Tuesday, March 24, 2020

Winter Frost Havukal Black - 2020 Pick

(Dear Readers, I hope you are are still holding up during these times. I read this morning one of the Boba Guys founder had to let 400 employees go and that he never cried so much in his life. I also read an ice skating rink was turned into a morgue. I feel numbly paralyzed reading the daily news and have relapsed to obsessing about tea. Continuing with old tea rituals is some measure of comfort. I hope you allow yourself some daily reprieve doing something that eases your burdens.)
Dried peach the perfect  accompaniment
Last year, out of the twenty odd teas from India, the Winter Frost Havukal Black struck me as the most intriguing. The tea body was light yet with an intense floral profile. I don't like oolongs that are too floral but this tea made my palate curious. This example of a high-grown Nilgiri winter flush lies somewhere in triangulation between oolongs and darjeeling muscatels but is distinctly it's own genre.

Given the mild climates of southern India doesn't vary as much, it's not clear whether or not winter flush is more of a marketing designation.  Even the teabox blog states:
"Observed almost exclusively in the Nilgiri mountains of southern India, these teas are harvested from December to January. In Nilgiri, the term winter flush is used interchangeably with autumn flush, since there is no distinct autumn and winter in the south Indian tropics."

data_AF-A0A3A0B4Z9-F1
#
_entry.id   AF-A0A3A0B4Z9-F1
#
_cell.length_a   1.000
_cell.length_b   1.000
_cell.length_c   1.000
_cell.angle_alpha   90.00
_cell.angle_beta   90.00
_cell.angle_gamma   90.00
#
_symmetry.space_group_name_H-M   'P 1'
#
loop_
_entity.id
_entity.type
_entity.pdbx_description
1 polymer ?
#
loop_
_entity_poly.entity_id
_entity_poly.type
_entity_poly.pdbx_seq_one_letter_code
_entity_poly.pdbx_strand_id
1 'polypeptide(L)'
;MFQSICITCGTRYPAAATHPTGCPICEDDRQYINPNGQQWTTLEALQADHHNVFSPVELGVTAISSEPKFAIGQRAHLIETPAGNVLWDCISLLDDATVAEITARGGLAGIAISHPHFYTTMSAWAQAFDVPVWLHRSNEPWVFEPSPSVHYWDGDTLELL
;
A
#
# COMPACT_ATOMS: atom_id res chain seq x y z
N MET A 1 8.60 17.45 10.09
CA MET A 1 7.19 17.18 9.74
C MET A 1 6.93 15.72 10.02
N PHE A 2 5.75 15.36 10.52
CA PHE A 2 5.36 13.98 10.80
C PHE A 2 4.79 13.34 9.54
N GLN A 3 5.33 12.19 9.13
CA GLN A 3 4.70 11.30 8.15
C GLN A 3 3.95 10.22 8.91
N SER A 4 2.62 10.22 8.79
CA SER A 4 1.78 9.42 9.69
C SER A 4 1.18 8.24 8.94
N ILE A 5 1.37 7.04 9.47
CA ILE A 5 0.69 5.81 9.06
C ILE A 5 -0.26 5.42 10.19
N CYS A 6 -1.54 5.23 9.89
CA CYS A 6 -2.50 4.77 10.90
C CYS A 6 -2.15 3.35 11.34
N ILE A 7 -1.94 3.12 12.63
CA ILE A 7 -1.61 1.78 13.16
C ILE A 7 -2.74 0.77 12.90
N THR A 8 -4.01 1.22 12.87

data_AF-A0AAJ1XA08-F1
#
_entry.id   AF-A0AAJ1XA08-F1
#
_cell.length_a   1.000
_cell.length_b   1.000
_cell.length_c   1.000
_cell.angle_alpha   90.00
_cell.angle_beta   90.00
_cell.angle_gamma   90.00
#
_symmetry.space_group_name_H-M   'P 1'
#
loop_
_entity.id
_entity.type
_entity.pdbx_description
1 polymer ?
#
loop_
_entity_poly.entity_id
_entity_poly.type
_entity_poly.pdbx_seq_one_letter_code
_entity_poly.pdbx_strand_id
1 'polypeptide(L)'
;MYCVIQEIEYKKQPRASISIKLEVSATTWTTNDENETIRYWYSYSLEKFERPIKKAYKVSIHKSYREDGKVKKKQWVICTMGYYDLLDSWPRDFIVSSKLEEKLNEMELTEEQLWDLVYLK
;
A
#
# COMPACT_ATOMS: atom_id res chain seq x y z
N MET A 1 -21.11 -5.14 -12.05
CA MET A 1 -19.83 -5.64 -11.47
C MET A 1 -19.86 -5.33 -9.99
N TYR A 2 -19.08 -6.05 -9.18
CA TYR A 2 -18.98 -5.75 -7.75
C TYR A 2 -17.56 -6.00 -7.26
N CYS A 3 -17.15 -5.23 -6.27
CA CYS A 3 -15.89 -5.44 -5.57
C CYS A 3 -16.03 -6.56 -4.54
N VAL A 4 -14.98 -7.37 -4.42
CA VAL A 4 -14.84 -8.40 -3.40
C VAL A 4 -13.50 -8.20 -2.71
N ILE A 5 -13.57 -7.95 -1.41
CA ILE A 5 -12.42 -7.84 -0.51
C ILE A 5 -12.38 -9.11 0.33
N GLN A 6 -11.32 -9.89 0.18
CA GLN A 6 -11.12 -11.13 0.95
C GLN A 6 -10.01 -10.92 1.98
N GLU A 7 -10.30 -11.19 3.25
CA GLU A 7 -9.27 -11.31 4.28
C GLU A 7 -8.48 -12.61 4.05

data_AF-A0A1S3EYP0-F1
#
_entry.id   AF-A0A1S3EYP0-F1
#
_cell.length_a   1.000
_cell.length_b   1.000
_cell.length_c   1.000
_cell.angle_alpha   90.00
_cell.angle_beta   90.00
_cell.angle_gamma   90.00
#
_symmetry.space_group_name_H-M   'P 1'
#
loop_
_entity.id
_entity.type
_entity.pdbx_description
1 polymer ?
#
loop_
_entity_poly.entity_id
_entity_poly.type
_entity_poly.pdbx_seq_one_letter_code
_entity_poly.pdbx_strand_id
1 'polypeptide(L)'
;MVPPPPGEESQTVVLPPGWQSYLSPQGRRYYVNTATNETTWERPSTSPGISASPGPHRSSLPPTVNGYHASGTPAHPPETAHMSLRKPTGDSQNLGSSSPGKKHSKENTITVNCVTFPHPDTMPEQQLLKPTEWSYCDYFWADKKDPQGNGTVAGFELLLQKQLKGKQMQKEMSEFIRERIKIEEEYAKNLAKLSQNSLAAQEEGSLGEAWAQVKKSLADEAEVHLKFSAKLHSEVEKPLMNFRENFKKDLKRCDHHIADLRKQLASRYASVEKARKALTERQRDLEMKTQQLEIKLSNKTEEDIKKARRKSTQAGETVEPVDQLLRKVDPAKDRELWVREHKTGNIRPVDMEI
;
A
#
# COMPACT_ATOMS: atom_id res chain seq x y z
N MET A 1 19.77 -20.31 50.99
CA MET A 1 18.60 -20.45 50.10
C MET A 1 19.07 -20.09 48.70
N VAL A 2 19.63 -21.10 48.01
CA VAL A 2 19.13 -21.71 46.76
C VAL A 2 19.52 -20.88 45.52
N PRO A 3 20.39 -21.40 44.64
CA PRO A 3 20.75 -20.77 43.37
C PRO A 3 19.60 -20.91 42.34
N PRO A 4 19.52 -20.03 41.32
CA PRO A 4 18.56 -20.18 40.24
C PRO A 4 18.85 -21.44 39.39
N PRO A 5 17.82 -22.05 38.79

I am a complete noob to the nilgiri winter flush genre and now will have to hunt around for more examples as I don't know how this tea compares to it's peers.  It doesn't matter in the current enjoyment of this tea but for curiosity and for future procurement. If you have a particular nilgiri or winterflush that you enjoy, please let me know.

When I saw the February 4, 2020 pick was available, I confidently ordered a 100g packet last week to compare with the 2019 pick along with more Glendale nilgiris. (I sighed about the 3 cups of stale bagged teas I drank at European museum cafes that cost more than the 100 grams of this compelling tea. Although one can theoretically order 100 grams of this tea for $4 direct from Havukal's site, the shipping came out to a prohibitive $67 dollars even though the site promised free shipping on all orders over 1000 rupees or $13.) 

Last year's pick had overwhelming orchid(?) aromatics with a long long lasting finish, but this year's pick is slightly more muted which makes me wonder if some aging time might be good for this tea. The 2020 pick is not without it's charms.  Although it's called a black, the tea genre is quite green and new greens are always bothersome to my system so I will put this 2020 pick away to revisit this winter. I regret not buying up more of the 2019 to drink now.

The lovely game I'm lucky to play this week is 'Ori, the Will of the Wisps', an absolute visual feast but a devilishly hard platformer that is punishing my poor stiff fingers.

1 comment:

  1. Drinking the Glendale Special Twirl tonight. Nilgiris are fantastic tea genre that I am grateful to be able to drink this month.